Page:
Disgusting odor

My convertible was stored for the winter in an unheated garage, and a mouse decided to visit the car's trunk. It apparently became trapped in one of the trunk storage compartments, and eventually died, leaving a disgusting combination of excretions and a rotting corpse.
When the car came out of storage yesterday, I immediately smelled and then located the mess, and proceeded to clean everything out with a shop vac, paper towels, and then Lysol in the felt lined compartment where the mess was located. I have washed and air dried everything, and now there is no visual evidence of any remaining mess of any kind whatsoever. However, the trunk absolutely stinks.
Is there any good and dependable way to remove these type of odors permanently? I do not want to try using fragrances to cover up the remaining stink and want to get the smell out of there entirely.
Thanks for any advice / recommendations.
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Did you try Febreze?
Joe
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Thanks for the reply Joe. I have not tried anything yet. My one prior experience with using fragrances to mask an odor turned out to be a disaster, with the result being a strong lingering odor of flower fragrance on top of my kid's puke smell. I wound up having to have the carpeting in that car replaced to get rid of both odors.
I am trying to avoid making the same type of mistake again. I was hoping that something like activated charcoal or some other method could absorb the offensive odor rather than try to cover it up.
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"Smarty" wrote...

You could try baking (bicarbonate of) soda, work it (dry) into the affected area with a brush and leave for a few hours, then vacuum up - it absorbs all kinds of smells (it's what's inside a lot of "fridge deodourisers" etc.)
-- Dave H. (The engineer formerly known as Homeless)
"Rules are for the obedience of fools, and the guidance of wise men" - Douglas Bader
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I will try this first Dave. I already have an unopened box in the house. Thanks for the suggestion.
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I believe that febreze is suppost to be an enzyme product that breaks organic odor producing things. It is often recommended for pet urine problems.
Bob

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That's how they market it anyway, supposedly an "odor eliminator". In my experience, it leaves a lot to be desired. Last house I rented, the previous occupant (the owner) had a HUGE and generally unwashed shaggy dog, Norwegian elk hound or some damned thing. The animal used to sleep on the carpeted floor of the living room in front of a sliding glass doors where the sun would pour in during the afternoon. I know this because whenever we'd leave the blinds open, 10 seconds after the sun began to warm the spot, it was like the beast was over for a visit, dirty-doggy-smell wise. Tried Fabreeze on the spot, after which the whole room still smelled like the dog was visiting, but doused in Aqua Velva.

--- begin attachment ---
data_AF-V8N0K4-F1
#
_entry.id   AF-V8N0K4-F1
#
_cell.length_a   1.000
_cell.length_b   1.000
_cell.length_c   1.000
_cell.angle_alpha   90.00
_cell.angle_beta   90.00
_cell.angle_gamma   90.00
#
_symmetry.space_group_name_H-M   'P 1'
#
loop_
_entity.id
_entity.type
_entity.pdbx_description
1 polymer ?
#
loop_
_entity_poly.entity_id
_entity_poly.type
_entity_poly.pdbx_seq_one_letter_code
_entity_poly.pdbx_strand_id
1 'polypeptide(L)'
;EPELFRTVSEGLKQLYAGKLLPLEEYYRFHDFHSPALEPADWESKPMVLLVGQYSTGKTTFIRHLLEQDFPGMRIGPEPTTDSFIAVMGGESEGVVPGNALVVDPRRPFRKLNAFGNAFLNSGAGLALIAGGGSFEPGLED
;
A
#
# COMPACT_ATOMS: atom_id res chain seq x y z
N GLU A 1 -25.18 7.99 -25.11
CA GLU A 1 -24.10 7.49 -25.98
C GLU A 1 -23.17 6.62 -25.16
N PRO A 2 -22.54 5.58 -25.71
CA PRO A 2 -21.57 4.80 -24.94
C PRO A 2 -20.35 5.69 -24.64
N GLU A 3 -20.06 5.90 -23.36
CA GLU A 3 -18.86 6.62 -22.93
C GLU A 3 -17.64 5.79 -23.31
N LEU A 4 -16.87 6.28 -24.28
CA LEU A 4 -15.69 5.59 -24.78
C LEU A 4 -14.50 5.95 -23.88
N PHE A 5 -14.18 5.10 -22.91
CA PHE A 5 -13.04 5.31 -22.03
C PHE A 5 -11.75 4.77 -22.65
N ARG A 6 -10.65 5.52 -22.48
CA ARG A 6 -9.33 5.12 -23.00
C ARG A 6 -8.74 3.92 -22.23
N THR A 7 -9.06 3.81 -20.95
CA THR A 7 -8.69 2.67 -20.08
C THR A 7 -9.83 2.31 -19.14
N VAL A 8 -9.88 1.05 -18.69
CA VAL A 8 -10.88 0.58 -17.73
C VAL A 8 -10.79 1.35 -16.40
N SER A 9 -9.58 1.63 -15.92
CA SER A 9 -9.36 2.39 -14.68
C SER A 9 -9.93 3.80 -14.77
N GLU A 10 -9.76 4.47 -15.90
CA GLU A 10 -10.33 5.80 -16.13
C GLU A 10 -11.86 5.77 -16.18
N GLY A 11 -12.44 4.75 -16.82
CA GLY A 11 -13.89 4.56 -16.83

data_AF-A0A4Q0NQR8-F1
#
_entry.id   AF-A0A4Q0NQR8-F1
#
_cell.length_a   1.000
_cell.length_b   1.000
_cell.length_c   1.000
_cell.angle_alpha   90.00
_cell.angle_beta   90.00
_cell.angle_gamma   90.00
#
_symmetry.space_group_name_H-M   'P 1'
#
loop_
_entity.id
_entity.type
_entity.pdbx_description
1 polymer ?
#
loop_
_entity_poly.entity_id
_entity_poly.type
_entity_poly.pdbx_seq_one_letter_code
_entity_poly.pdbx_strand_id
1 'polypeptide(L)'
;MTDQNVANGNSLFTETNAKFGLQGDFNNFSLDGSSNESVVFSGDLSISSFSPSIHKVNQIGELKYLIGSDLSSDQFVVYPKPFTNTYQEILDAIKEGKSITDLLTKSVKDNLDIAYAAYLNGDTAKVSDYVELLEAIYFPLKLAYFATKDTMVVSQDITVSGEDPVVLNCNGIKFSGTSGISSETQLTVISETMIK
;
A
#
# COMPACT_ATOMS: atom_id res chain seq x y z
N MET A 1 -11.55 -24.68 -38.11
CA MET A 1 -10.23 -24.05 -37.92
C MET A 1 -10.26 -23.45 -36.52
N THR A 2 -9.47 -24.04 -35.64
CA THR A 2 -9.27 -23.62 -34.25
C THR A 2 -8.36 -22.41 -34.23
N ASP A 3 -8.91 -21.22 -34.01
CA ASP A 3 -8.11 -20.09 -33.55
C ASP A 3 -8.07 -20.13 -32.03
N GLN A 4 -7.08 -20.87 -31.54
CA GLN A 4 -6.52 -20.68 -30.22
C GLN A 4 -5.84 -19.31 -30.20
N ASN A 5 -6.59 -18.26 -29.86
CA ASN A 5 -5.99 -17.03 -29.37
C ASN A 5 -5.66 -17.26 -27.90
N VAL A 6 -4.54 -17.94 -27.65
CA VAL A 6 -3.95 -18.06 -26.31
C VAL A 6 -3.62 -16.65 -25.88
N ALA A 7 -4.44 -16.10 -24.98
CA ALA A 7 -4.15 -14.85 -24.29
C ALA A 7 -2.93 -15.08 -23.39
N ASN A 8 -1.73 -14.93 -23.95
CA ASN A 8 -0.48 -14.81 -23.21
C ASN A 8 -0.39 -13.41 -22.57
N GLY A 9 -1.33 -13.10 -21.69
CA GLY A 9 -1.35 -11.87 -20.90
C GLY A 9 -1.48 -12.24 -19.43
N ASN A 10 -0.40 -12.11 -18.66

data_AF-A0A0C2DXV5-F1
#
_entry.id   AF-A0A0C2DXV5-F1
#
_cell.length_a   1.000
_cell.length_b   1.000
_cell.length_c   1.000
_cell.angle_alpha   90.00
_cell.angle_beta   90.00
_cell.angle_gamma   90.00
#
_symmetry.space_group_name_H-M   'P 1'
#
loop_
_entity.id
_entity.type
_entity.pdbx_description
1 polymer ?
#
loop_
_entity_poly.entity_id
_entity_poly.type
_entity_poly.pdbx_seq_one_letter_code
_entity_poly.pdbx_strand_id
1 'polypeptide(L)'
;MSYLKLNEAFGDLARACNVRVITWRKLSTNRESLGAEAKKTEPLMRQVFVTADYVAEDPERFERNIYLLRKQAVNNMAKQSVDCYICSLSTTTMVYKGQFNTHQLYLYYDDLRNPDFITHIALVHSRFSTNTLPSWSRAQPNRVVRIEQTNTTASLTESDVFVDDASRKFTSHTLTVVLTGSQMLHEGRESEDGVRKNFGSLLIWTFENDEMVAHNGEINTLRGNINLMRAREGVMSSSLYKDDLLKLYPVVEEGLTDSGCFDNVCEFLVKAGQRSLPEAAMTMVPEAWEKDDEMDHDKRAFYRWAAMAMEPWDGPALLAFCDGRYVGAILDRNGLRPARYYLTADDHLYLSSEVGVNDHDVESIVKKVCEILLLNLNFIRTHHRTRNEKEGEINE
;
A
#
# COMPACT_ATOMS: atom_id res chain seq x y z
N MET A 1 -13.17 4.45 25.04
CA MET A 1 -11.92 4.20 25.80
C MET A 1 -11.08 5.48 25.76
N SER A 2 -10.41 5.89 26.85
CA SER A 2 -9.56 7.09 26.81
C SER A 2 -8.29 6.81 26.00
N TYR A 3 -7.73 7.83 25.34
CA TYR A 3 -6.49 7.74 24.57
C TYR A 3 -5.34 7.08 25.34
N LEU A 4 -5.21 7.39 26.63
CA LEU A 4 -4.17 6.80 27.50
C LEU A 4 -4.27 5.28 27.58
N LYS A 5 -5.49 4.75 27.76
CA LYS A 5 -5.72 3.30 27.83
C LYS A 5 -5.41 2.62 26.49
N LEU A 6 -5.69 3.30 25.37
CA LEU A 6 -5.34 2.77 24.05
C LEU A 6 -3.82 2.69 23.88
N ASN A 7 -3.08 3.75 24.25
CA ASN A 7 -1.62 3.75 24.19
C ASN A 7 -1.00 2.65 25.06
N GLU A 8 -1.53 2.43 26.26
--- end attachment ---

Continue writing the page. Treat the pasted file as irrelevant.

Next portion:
Dan
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something
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Too expensive if I can do it myself. If I fail, they ***WILL BE*** the ones I call!

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Smarty wrote:

You need to clean it with a quaterary ammonia product. It will have an active ingredient that looks something like this: "n-alkyl dimethyl benzyl ammonium chloride" or "Benzalkonium chloride".
It kills bacteria, fungus, and viruses, and has an oddly "fresh" smell.
Don't get any concentrate in your eyes; it kills them too.
Bob
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Bob,
Where would I buy this stuff? Is it a hardware store type of item? Any "brand names" to look for?
Thanks very much!

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Smarty wrote:

I buy it at Fleet Farm where it comes in a 1 gallon jug called "Stearamine", with the dairy barn chemicals. It's used in all kinds hospital cleaners that you might can buy at a janitor supply store. I think Sam's Club sells it in a product called "OdorBan", or something like that. It's also used in some humidifier algaecides, and in a garden chemical called "Consan Triple 20" HTH :-)
Bob
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wrote:

I've had good luck using an "upholstery cleaner" (spray can) in cars to get odors out.
Spray the foam on the "felt liner" and work in with a scrub brush, then shop vac out.
If the liner will come out easily; set in the sun awhile to help air it out also.
-- Oren
Hofstadter's Law - It [a task] always takes longer than you expect, even when you take into account Hofstadter's Law.
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The last time I check, Sitre Magana was sleeping the the trunk of a car.
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Shellac spray is generally used for this in woodworking. No odor, fast drying.
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I'm confused by the suggestion of shellac. How would shellac be used to remove an odor from a car trunk carpet???
I'm still fighting this issue BTW. Having thoroughly cleaned the affected area with Lysol, Renuzit Carpet shampoo, lots of scrubbing and vacuuming, the smell has become less noticeable, but it is still there.
I am next trying baking soda, hoping it will soak up the remaining odor. Still looking for some really effective odor removal method.....

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This looks promising: http://www.cleartheair.com /
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